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Transcript of remarks by CE at question-and-answer session of Joint Business Community Luncheon 2016 (2) (English only)

Moderator: Good. Table 26.

Attendee: Leland Sun from the Hong Kong General Chamber of Commerce. Mr Chief Executive, the General Chamber of Commerce greatly appreciates the initiative to promote the development of start-ups, as you just mentioned, particularly in the innovation, science and technology sectors. Nevertheless, as many of us in this room here today represent the SME sector, and from your Policy Address, there did not appear to be much focus for SMEs, the backbone of Hong Kong's economy. We're currently also going through a tough patch right now. So, could the Chief Executive tell us whether there are any new plans, or new initiatives, that would provide assistance for SMEs? Thank you.

Chief Executive: We have a host of policy measures to assist SMEs, whether by way of enhancing marketing efforts or providing soft loans and so on. When it comes to innovation and technology-related SME businesses, again we have in this year's Policy Address measures to help them. I do realise the fact that very often, when you apply to Government for government money, there is a process to go through, and the possibility of rigidity, or the prospect of relaxing some of the rigidity is one of the things that this Government is looking at right now, so we want to make the application for and the dispensation of such funds as user-friendly as possible.

Moderator: Table 30.

Attendee: Daniel Yip from the Federation of Hong Kong Industries. The Federation in general welcomes the Government's introduction of pragmatic policies and measures in the aspect of reindustrialisation, innovation and technology development, and transformation and operating of Hong Kong industries. However, one of the biggest challenges of the industries is the shortage of industrial talent and labour in Hong Kong. How will the Government address such issue? Thank you.

Chief Executive: These industries should not be too labour-intensive. We know the general labour population situation in Hong Kong. As I said, we can't rely on, we can't compete on cost with our competitors. We have to compete on value and therefore value-addedness. And so, I like the word that you used, talent, industrial talent. It is all I think that we very much need to focus on. One of the paragraphs in the Policy Address refers to encouragement that we should give to young people in the studies of STEM. STEM, science, technology, engineering, and mathematics. In recent years, for one reason or another, there's been a decline of interest on the part of young people studying these subjects, particularly engineering. So we need to give them all the encouragement and support we can. So that's on the supply side. But we need to develop the related sectors before these aspiring industrial talents will actually take on such courses. I have a couple of ideas, probably it's not the time to elaborate them. Over the next couple of years, I would like to get the industry involved, so that not just university students, but also high school, senior secondary school students, will be interested in taking industry, particularly industries with high innovation technology content, as their career.

Moderator: We've probably time for one last question. Over there. I can't see the table number. it's a bit far away. It's nearly at the back.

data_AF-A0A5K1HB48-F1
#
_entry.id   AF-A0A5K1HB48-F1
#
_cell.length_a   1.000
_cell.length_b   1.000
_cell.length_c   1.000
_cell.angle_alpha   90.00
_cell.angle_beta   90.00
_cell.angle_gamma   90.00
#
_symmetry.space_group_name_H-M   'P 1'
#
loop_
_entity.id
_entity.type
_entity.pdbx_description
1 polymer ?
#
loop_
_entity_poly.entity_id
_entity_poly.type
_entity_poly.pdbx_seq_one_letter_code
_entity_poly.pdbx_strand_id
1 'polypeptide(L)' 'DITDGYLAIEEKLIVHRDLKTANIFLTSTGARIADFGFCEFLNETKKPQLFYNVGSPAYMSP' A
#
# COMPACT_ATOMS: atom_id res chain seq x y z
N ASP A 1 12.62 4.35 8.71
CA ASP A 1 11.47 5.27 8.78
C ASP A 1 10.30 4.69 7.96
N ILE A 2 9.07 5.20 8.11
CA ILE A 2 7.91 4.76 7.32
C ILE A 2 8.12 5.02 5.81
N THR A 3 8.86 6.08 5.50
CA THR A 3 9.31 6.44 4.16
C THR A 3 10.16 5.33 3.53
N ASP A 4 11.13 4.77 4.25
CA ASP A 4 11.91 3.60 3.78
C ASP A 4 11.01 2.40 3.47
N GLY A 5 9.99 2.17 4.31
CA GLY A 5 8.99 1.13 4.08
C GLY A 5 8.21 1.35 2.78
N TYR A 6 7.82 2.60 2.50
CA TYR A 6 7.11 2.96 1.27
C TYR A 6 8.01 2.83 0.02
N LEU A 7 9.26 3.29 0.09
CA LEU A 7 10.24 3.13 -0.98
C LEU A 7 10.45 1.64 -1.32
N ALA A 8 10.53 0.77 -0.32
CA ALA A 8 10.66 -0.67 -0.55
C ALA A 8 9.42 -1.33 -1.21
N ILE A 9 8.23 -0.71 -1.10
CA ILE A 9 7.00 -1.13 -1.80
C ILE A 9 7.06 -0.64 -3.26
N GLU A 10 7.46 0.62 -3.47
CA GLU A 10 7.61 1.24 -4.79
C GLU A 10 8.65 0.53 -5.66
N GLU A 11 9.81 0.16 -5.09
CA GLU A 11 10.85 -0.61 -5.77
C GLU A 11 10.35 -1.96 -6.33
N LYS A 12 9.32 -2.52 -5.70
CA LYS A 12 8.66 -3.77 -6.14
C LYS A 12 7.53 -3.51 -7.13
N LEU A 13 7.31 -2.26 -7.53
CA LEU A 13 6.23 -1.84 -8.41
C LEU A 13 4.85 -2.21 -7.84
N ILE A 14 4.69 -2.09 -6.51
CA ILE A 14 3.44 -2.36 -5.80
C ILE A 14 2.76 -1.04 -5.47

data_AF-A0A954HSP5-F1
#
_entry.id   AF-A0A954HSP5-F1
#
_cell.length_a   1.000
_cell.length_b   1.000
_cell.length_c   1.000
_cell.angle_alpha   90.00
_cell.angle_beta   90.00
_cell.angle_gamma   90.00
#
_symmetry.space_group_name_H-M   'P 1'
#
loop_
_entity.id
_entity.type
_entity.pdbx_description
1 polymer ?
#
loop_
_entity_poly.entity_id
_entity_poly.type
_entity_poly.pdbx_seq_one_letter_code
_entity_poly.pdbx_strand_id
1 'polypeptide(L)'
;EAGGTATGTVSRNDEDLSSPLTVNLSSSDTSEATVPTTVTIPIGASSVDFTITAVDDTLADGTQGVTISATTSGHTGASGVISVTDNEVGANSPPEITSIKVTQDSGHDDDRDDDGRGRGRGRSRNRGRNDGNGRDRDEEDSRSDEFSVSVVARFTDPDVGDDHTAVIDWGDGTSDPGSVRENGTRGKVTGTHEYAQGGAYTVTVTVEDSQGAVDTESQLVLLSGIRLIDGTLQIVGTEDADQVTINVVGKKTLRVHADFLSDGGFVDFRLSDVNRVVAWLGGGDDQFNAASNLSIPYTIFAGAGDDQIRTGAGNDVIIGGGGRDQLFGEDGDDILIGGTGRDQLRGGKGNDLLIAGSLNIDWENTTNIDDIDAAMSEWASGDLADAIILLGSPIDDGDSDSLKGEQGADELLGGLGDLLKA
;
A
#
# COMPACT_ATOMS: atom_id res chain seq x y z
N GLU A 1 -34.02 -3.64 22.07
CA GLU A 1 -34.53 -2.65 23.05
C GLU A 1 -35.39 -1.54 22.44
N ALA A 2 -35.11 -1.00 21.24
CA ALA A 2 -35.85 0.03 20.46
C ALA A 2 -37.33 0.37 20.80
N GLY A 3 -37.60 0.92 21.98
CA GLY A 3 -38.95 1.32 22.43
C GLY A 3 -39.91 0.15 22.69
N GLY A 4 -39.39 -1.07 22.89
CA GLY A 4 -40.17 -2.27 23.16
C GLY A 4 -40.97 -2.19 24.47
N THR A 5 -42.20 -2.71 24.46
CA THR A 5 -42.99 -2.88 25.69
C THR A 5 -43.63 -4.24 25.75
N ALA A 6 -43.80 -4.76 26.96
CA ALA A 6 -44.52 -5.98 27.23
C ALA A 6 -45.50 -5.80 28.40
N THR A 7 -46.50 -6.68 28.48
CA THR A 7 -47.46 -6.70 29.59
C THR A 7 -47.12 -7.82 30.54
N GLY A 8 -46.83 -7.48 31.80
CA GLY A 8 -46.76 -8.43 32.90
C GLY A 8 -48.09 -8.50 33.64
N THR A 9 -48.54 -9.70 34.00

Attendee: Takao Maruyama from Japanese Chamber. So, I am working on the partner's manufacturing in China, and I need to take a tax for manufacturing. So, I'm afraid that my question is too much detail, but please consider to maintain the position of Hong Kong as a supply chain hub for China. So, we have a notice from HKIRD (Inland Revenue Department), that the depreciation of the fixed asset working out of Hong Kong is taxable, unless there is direct evidence, such as contract manufacturing. Our company is manufacturing product at the partner's factory with a lot of fixed assets. We don't have any direct contract, so we follow the notice from the IRD for the tax payment, but from the accounting point of view, I believe the depreciation of the fixed asset can be counted into the cost, and the profit before tax is calculated by the deduction of cost from sales. However, according to the notice from IRD, the depreciation of the fixed asset cannot be counted as a cost and it is taxable. I heard HKIPA discussing with IRD based on the common accounting system the same point of view. However, discussions have not been disclosed yet. So I am personally afraid current taxation for the depreciation of the fixed asset out of Hong Kong will influence negatively on the position of Hong Kong to play the role of international supply chain hub for China. So please consider again.

Chief Executive: Thank you. Yes, we are interested in maintaining our role and our competitive edge as an international supply chain hub, and we want to maintain as user-friendly as possible a general taxation regime. If I could ask my colleague to contact you on the question of policy, I'm not going to ask for your tax files from IRD. I don't do that. But I'll ask my colleagues to, perhaps sit down with you, to discuss the general principle behind this policy and see what could be done. Thank you.

Moderator: Chief Executive, thank you again very much for your very candid responses to the questions from the floor. I think you know that you're amongst friends here in the business community and we very much look forward to supporting the work of the administration and the work of the Government in making Hong Kong a better place for all Hong Kong people. Thank you very much.

Ends/Wednesday, January 27, 2016
Issued at HKT 18:46


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